Bryan Kohberger’s attorney has ties to family of second Idaho murders victim
Bryan Kohberger’s public defender once represented a relative of not one but two Idaho murders victims.
Court records obtained by Inside Edition reportedly show that Chief of the Kootenai Public Defender’s Office Anne Taylor was the attorney for slain University of Idaho student Madison Mogen’s stepmother as recently as June 2022.
Earlier this week, the Idaho Statesman revealed that Ms Taylor also represented Cara Denise Northington — Xana Kernodle’s mother — before recusing herself to take on Mr Kohberger’s quadruple murder case.
Mr Kohberger is accused of brutally stabbing Kernodle, Mogen, Kaylee Goncalves and Ethan Chapin on 13 November in the college town of Moscow.
He was arrested on 30 December at his parent’s home in Pennsylvania before he was extradited to Idaho on 5 January.
The records also reveal that Ms Taylor was Benjamin Mogen’s legal counsel in late 2020, and represented his wife Korie Hatrock in the summer of 2022.
Mr Mogen pleaded guilty to drug charges at the time and received a three-month prison sentence. Ms Hatrock pleaded guilty to one charge of felony drug but it is unclear whether she served any time in prison, per Inside.
In an interview with NewsNation on Wednesday night, Ms Northington spoke out over the sense of “betrayal” she feels after her attorney stepped down from her case, saying she had given Ms Taylor power of attorney over her.
“I’d already signed over power of attorney so that she could help me with getting into rehab and whatnot,” said Ms Northington, who has a long history of brushes with the law. “I trusted her. She pretended that she was wanting to help me. And to find out that she’s representing him – I can’t even convey how betrayed I feel.”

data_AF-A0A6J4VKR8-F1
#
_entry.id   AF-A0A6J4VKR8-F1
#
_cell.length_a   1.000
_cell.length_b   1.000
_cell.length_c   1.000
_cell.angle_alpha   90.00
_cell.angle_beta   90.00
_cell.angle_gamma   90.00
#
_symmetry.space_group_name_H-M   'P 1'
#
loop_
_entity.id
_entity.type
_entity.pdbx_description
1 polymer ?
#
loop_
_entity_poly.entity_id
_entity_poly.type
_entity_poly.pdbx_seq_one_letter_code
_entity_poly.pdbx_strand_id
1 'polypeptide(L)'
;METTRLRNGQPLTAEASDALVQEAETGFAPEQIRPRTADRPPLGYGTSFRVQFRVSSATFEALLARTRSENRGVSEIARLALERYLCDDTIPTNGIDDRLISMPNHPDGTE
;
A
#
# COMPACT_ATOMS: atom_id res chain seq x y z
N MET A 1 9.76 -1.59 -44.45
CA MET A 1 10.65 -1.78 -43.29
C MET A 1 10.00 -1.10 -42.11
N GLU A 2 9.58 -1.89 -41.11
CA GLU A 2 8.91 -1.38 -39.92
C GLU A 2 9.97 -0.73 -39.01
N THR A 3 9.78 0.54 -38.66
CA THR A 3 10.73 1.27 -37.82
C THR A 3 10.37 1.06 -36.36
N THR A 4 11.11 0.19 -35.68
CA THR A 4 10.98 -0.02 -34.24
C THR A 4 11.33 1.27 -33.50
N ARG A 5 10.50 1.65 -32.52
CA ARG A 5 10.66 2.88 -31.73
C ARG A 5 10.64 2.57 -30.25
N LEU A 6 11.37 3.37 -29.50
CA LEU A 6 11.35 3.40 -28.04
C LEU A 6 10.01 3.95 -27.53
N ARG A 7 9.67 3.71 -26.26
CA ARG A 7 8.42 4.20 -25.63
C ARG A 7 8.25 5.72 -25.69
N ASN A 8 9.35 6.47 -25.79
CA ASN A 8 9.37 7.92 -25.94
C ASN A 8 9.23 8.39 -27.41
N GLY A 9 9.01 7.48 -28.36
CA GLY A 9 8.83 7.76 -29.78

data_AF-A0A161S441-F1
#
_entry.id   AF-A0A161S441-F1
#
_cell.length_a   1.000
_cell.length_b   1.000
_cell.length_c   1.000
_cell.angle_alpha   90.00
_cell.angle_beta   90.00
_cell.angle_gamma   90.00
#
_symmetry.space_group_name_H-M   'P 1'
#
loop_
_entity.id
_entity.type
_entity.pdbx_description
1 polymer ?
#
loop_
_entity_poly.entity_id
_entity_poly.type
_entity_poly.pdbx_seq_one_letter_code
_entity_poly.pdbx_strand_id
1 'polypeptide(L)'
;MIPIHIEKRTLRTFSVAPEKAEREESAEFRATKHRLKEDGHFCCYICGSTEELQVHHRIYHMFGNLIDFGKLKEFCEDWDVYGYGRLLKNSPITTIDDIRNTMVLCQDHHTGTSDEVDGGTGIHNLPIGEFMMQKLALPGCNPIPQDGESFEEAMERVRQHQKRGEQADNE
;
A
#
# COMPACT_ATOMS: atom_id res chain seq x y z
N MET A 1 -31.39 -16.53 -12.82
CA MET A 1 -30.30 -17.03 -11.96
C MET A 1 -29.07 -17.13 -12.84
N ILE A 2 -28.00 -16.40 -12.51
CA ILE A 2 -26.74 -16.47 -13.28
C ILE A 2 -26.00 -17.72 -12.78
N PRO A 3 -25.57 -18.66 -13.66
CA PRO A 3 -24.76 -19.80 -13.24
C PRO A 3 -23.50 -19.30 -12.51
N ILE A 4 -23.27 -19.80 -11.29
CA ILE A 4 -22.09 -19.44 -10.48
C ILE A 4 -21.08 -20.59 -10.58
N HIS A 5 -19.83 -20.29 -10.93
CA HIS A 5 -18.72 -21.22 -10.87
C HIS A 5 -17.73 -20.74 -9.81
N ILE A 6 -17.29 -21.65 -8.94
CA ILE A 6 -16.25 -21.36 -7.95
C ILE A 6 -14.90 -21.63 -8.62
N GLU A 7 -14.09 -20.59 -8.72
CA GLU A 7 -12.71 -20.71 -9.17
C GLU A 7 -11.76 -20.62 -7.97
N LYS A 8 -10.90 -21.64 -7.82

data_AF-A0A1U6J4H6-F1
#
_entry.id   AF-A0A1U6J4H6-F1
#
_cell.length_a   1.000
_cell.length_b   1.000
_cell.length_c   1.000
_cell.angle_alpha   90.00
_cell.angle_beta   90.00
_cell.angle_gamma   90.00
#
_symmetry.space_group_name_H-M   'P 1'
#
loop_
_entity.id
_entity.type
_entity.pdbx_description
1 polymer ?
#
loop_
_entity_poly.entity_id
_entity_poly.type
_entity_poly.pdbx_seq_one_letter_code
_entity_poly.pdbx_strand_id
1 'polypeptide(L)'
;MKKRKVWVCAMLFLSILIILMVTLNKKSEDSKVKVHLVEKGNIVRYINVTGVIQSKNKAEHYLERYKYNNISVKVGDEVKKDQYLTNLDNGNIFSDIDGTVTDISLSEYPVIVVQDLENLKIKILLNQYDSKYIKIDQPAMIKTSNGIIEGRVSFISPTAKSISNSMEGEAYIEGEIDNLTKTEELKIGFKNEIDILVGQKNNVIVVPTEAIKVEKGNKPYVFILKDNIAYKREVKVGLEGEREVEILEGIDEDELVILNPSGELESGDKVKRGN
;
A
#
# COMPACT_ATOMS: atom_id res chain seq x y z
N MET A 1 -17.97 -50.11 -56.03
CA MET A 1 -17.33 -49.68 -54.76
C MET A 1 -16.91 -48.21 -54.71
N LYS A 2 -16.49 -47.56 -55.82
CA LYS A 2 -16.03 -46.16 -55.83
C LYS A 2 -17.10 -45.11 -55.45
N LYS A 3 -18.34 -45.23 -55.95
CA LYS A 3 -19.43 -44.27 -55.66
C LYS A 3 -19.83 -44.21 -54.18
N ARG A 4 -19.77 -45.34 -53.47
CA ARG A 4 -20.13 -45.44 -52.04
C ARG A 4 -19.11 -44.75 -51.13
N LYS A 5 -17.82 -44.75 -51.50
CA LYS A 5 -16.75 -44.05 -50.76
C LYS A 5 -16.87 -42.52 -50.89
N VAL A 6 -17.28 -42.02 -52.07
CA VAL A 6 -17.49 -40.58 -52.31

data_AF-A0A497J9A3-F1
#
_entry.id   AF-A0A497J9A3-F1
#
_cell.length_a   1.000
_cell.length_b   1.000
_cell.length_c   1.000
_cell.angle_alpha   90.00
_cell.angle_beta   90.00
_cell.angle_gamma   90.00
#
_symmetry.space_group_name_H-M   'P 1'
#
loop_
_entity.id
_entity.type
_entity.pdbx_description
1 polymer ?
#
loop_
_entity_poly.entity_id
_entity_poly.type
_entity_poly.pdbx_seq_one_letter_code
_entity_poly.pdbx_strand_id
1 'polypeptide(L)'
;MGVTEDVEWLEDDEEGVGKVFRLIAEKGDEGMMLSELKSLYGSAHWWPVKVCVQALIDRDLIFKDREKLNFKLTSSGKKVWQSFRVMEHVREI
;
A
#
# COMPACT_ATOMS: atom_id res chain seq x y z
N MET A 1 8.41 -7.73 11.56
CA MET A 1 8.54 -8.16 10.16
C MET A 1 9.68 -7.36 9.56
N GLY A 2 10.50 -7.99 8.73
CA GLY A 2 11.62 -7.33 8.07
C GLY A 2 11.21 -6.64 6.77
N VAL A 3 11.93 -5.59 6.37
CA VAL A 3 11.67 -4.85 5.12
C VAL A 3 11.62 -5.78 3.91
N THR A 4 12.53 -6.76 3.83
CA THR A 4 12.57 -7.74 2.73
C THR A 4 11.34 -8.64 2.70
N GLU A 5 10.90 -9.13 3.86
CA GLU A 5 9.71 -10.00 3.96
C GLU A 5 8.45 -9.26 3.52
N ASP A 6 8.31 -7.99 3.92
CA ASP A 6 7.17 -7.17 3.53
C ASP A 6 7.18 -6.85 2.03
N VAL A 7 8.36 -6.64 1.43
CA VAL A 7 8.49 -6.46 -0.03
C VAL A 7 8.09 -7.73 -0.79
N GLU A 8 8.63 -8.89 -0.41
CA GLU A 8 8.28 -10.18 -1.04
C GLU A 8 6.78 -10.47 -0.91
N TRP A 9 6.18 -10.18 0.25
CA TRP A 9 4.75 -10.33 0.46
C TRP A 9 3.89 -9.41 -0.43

Ms Taylor is one of 13 qualified public defenders in the state to represent clients in a potential death penalty case, per the Statesman.
The Independent reached out to Ms Taylor’s office for comment. Currently, a gag order prevents law enforcement officials, the defence and prosecution teams, attorneys representing survivors, witnesses or the victims’ family members from speaking out about the high-profile case.
The murder case will next be heard in court on 26 June, when Mr Kohberger is scheduled to appear at his preliminary status hearing.
Last week, records were unsealed of a search warrant executed at Mr Kohberger’s apartment in Pullman on 30 December, the same day of his arrest.
A record of evidence recovered during the apartment search was unsealed, revealing the seizure of 15 items including hairs, receipts, a computer tower, a disposable glove and items with peculiar stains.
The affidavit, released on 5 January, gave new details about what led investigators to the suspect but still offered no connection between the victims and Mr Kohberger.
The bombshell documents did reveal that investigators believe Mr Kohberger may have stalked the student home in the run-up to the mass murder, with cellphone data placing him around the property 12 times before 13 November.
Until his next hearing, Mr Kohberger will be held behind bars at Latah County Jail after he was ordered to be held on no bail for a second time.
If convicted at trial, he is facing life in prison or the death penalty.